Two years before Johann David Schöpf (1752-1800) published his Beyträge … (1787), Franz Joseph Märter (1753-1827) sent letters from Pennsylvania, Virginia, South Carolina, and East-Florida to Ignaz von Born, describing plants, animals, and geological features of the newly independent states. These letters were speedily printed in Physikalische Arbeiten … in Vienna (1785). A last letter sent from the Bahamas appeared in the same periodical in 1786.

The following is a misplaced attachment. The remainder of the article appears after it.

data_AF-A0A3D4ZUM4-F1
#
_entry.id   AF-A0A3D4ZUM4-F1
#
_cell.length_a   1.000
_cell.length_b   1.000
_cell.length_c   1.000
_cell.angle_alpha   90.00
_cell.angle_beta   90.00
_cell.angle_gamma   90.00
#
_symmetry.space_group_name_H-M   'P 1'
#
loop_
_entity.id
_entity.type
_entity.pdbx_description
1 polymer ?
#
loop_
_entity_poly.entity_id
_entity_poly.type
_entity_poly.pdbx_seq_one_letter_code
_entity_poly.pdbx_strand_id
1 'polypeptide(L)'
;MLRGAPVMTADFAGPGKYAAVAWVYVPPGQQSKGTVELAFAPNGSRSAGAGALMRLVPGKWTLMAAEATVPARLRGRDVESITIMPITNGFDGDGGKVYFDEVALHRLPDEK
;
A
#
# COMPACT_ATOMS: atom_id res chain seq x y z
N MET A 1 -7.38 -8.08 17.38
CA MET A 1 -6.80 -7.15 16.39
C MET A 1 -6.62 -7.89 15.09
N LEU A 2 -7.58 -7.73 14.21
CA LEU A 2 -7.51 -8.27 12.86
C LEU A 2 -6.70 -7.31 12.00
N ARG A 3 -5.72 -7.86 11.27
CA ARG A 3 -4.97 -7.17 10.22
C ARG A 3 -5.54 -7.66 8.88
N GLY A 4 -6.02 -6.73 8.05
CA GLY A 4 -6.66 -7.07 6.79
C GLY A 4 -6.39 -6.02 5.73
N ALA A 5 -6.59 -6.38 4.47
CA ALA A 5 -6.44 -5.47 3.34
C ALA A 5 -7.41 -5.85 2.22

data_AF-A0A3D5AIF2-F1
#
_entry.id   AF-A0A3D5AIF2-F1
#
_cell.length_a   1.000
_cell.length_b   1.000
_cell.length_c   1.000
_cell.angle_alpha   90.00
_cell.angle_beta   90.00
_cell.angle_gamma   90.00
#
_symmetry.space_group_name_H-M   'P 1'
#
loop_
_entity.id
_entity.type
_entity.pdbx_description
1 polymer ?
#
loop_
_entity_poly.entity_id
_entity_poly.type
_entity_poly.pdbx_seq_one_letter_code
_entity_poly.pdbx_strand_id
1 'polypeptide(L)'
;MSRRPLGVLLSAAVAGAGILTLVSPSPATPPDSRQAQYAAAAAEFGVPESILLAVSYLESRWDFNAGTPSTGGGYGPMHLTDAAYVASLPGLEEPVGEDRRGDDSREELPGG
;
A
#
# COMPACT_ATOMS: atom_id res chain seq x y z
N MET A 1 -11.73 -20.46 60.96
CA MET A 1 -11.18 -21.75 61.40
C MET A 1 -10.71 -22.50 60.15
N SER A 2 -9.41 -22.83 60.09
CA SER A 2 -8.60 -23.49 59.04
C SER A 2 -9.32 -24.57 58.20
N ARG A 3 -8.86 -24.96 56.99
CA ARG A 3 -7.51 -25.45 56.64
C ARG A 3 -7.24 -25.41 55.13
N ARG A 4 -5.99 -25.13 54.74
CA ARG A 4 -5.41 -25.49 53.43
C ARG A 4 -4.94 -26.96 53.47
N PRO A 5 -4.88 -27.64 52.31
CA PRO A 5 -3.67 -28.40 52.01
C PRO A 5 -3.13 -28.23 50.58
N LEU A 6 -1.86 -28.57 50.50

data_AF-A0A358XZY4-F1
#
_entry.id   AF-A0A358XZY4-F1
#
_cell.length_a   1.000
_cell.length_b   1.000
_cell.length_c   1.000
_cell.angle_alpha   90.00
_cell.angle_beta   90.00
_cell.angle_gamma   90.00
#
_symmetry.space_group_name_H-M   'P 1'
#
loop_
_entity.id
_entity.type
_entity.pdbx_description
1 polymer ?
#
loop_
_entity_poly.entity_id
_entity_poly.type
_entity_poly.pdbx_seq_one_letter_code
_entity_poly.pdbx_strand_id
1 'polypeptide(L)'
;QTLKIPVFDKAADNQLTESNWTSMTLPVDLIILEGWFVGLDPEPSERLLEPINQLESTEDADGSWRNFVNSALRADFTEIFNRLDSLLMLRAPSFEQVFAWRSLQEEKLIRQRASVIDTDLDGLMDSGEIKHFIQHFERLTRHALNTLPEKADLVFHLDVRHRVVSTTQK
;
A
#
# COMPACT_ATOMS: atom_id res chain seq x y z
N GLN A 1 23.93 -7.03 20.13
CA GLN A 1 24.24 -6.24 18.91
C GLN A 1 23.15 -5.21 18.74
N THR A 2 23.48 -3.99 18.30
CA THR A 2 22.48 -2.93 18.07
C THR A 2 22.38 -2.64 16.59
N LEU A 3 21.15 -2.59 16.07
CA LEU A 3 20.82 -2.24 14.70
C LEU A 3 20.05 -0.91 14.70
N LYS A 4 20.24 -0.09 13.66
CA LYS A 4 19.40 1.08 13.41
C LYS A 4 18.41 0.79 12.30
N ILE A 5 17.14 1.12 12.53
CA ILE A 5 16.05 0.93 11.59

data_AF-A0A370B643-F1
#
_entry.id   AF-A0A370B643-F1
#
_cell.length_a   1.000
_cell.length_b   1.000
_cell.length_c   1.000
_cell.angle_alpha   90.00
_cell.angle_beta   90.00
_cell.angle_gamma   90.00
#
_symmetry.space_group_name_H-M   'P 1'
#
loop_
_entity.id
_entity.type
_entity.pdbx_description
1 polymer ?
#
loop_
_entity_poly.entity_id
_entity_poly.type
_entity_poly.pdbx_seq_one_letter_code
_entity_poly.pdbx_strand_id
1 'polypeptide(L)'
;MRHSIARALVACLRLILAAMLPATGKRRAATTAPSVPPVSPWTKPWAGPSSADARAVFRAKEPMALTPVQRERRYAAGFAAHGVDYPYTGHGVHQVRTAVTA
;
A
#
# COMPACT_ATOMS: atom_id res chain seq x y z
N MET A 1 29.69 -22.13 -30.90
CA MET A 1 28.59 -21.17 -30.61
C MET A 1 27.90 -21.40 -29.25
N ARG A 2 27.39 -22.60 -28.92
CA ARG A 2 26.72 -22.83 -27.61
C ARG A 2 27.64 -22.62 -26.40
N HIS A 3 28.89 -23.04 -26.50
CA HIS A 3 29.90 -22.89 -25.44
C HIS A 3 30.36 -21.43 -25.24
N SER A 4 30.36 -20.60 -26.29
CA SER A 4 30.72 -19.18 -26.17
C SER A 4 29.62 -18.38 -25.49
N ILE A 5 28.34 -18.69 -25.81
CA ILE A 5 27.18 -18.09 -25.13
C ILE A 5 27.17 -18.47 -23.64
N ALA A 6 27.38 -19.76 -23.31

Märter's geological observations are translated and analyzed here for the first time. His descriptions of various rocks along the Schuylkill River, upstream from Philadelphia (granites, limestones, marble quarries, widespread weathered iron ores), and his interpretation of the fossiliferous sandstones in the Appalachian mountains are very similar to those by Schöpf. So are Märter's observations of shell banks, either exposed in ditches many miles from the sea, or in cliffs at Yorktown, Virginia, and Wilmington, North Carolina, as well as his description of granite and of a large coal mine near Richmond, Virginia. Finally, both travelers noticed that the rocky cliffs in the Bahamas consisted of limestone formed by Muschelsand [beachrock]. We established that Märter and Schöpf traveled together from Philadelphia to the Bahamas (November 1783 to March 1784). But neither acknowledged the influence, or at least the presence of the other, probably for political reasons.

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